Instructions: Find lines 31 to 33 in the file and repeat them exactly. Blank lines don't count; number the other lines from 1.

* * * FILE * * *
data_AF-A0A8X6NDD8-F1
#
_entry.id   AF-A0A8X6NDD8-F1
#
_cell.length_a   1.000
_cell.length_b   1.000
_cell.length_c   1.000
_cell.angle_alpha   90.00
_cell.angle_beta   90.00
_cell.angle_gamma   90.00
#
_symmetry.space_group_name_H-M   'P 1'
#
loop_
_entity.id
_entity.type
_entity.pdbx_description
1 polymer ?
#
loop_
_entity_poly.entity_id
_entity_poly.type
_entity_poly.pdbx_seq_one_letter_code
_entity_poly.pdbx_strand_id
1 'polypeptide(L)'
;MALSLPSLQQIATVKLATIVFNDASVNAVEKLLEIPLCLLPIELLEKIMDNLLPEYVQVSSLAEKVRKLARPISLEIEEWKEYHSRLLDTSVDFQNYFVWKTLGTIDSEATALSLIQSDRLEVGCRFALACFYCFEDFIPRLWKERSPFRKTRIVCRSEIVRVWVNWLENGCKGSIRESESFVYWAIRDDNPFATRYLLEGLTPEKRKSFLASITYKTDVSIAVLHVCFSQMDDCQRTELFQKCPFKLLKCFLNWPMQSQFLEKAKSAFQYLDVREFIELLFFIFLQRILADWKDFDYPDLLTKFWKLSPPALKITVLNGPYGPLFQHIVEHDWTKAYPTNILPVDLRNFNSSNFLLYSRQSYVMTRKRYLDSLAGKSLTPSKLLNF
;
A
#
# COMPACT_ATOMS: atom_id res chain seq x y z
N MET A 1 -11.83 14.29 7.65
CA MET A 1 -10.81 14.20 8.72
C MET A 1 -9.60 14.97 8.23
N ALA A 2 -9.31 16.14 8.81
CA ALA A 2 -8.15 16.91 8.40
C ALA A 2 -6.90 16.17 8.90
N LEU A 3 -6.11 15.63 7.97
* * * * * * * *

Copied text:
N MET A 1 -11.83 14.29 7.65
CA MET A 1 -10.81 14.20 8.72
C MET A 1 -9.60 14.97 8.23